Source: Gaijin Pot
So, you’ve managed to get through the first half of your day as an assistant language teacher, but you’re not done yet. Time to roll up your sleeves and finish the day strong.
Since Japanese schools can often more particular in their routines than your home country — and because you might not always get clear and simple directions — for part eight of A Little Training for ALTs, we’ve put together a step-by-step guide on what you can expect from your break to the final bell on your first as an ALT in Japan
Lunchtime is fun time
For many ALTs, lunch time is considered the best part of the day. Not only is it a chance to sit down and relax with your students, but it is also an opportunity for cultural exchange. If you didn’t have time to make a lunch, school lunches are a great and inexpensive way to experience the cuisine of Japan.
A typical meal might include: agepan (deep-fried bread), natto (fermented soybeans), tonjiru (pork miso soup), and horenso no ohitashi (spinach) are just a few of the many things that you may get to try while at your school.
In general, each school may have its own way of doing things, so pay careful attention to find out what that the particular routines and activities are. A school may have a schedule for what class you will be joining for lunch. At some schools, you may not have to rely on it, because a student or two will most likely lead you up to their classroom.
Make sure before you are led or leave the teacher’s room you bring your ohashi, or chopsticks. When you arrive in the classroom, please make sure to greet the teacher and then the class. They might still …continue reading
Update: I was also not paid in full and 3 weeks late upon deciding to leave, even after I went to the labour board. This was after they wanted me to close my bank account and “promised” they’d send it later. Also, the owner has been known to forget to pay workers bills more than once, resulting in a… …continue reading
In most schools, technology in English classrooms in Japan is not employed properly to help students stay engaged and interested in the topic.
Japan is well known for being a kind of technological hub for the world, but when you work as an English teacher in Japan you quickly realise that this hasn’t yet been passed down to the realm of teaching. Many schools and companies still use tape recorders and fax machines for a lot of the day to day work of teaching through audio or connecting with other departments, and you may think of it as a struggle to introduce any kind of technology to the class.
If you are in a position to at least use a laptop or projector, you have a big opportunity to not only teach a fantastic class, but build your skills as a technologically savvy teacher as well.
Technology and ways to use it
Knowing what you can and cannot use in your school is the first step to planning your lessons well. You don’t want to build your whole class around a PowerPoint presentation to then find out that there are no projectors or TVs you can use to display your carefully crafted lesson. Similarly you’ll need to make sure that what you want to do with the technology is approved by the relevant people at your school. You can do this via the Japanese way of gaining consensus with your fellow teachers and then presenting the consensus to your boss, remarking that everyone has agreed that it will be good for the students, then you can begin. Remember that you’re working in Japan and have to try and go by the Japanese working culture.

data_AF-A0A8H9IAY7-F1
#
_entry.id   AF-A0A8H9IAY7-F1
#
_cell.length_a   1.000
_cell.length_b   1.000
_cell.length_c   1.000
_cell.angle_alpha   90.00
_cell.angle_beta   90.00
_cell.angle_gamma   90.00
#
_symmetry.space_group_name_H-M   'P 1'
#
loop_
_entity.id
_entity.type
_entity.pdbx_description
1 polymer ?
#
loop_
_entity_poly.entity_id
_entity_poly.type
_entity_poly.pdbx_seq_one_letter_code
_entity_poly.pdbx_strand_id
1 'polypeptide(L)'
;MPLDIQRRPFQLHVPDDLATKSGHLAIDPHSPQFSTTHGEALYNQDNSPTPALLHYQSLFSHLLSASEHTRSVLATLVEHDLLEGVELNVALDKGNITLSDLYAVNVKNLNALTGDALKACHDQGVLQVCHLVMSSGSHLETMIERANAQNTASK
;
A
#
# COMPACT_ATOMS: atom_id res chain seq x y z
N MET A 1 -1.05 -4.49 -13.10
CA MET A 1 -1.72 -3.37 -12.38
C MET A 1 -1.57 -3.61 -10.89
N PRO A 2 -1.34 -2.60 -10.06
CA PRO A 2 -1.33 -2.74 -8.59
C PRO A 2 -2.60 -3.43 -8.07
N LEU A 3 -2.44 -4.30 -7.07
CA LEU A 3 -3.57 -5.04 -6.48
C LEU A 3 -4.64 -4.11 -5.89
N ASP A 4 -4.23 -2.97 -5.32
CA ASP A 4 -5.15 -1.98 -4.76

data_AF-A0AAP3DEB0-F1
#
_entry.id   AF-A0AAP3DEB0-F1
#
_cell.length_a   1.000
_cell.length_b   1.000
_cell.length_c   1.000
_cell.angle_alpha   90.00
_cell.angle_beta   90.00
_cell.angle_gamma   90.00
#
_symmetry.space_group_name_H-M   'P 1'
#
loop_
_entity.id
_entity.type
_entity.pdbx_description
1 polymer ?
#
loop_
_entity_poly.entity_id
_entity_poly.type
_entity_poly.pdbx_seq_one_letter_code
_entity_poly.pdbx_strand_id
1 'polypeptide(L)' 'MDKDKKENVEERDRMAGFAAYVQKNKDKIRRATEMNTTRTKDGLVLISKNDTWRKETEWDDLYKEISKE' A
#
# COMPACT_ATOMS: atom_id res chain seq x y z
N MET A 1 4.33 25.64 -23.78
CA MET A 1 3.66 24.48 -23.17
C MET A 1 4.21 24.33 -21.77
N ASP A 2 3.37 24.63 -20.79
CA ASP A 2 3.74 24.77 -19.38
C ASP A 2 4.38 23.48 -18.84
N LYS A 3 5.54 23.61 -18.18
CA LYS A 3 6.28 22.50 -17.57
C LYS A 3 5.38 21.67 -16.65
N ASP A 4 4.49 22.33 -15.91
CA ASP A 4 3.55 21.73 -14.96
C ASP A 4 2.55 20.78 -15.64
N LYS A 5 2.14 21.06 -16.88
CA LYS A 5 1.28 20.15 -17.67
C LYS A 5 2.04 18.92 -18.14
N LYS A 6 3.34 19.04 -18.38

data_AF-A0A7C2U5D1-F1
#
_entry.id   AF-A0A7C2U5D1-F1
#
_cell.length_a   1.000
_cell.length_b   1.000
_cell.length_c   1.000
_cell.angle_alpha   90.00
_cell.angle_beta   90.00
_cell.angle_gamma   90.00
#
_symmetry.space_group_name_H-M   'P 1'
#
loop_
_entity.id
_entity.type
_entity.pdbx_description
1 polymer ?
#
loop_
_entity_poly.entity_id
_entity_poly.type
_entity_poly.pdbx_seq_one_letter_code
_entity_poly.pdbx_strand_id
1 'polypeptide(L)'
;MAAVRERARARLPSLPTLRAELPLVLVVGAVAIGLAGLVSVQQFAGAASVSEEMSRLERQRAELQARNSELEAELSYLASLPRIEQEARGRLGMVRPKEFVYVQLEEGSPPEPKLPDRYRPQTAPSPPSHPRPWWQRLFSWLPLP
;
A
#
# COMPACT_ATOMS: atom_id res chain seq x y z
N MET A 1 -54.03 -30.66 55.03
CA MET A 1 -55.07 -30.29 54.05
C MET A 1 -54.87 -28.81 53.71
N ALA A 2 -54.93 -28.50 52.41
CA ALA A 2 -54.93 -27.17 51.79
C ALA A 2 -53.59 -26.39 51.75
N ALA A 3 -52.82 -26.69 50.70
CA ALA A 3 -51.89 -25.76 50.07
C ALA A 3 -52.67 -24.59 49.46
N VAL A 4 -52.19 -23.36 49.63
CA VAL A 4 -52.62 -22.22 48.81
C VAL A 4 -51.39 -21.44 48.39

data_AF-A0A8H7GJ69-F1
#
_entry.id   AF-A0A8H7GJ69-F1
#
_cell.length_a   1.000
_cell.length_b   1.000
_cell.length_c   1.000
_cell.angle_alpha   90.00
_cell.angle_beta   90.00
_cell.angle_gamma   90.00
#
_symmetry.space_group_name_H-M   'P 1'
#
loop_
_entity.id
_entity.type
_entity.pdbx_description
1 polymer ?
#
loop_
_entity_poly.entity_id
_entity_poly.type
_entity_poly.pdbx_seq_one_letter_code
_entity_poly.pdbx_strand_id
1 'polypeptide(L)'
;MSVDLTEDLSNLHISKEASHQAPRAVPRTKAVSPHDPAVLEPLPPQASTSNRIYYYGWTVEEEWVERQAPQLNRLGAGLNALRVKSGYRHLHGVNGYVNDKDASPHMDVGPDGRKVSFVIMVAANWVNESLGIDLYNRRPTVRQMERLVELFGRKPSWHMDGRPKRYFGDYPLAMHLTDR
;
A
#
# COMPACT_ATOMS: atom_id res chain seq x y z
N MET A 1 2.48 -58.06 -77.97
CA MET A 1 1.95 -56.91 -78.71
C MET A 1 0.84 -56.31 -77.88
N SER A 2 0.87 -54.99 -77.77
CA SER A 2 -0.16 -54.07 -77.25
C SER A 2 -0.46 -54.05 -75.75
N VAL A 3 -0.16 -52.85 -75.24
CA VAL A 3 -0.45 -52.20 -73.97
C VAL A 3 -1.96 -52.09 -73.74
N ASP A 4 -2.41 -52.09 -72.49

iPod or phone music player
Music is a wonderful tool for language learning, and one of the primary ways we engage …continue reading
Source: Gaijin Pot
You’ve got your suit ready, your lunch packed and your route all mapped out: You’re ready to start your new job in Japan as an assistant language teacher (ALT). The first day at your school is a chance to ensure you make a great first impression. In Part 7 of A Little Training for ALTs, let’s prepare for the major parts of your first day so you can can walk through those school gates smiling because you’ll be confident and ready to roll.
The first steps
After planning your route carefully and arriving 10-15 minutes early, you should be at your new school. Nerves are inevitable, but you’re not alone. An entire school of teachers and students are just as anxious to meet you, as well.
Many new ALTs overlook this, but your first steps into a school are of utter importance. Why you may ask? Because in Japan, some places require you to take your shoes off in a designated area. As a new ALT — as well as guest — you must follow suit to make a good first impression.
Before your first day, you should have been introduced to your schools and received a basic layout of where things like your shoe locker, the bathroom and the teachers’ room are located. So please remember to go to the designated areas for teachers, because the students have their own section, and in most cases, they usually stick to their own sides.
During training your company should have told you to bring your own indoor shoes to school. Take off your outdoor shoes before stepping on the indoor carpet or mat. Place them in your designated locker. Then place your indoor shoes on the indoor carpet and put them on.
Navigate the teachers’ office
When you open the door to the …continue reading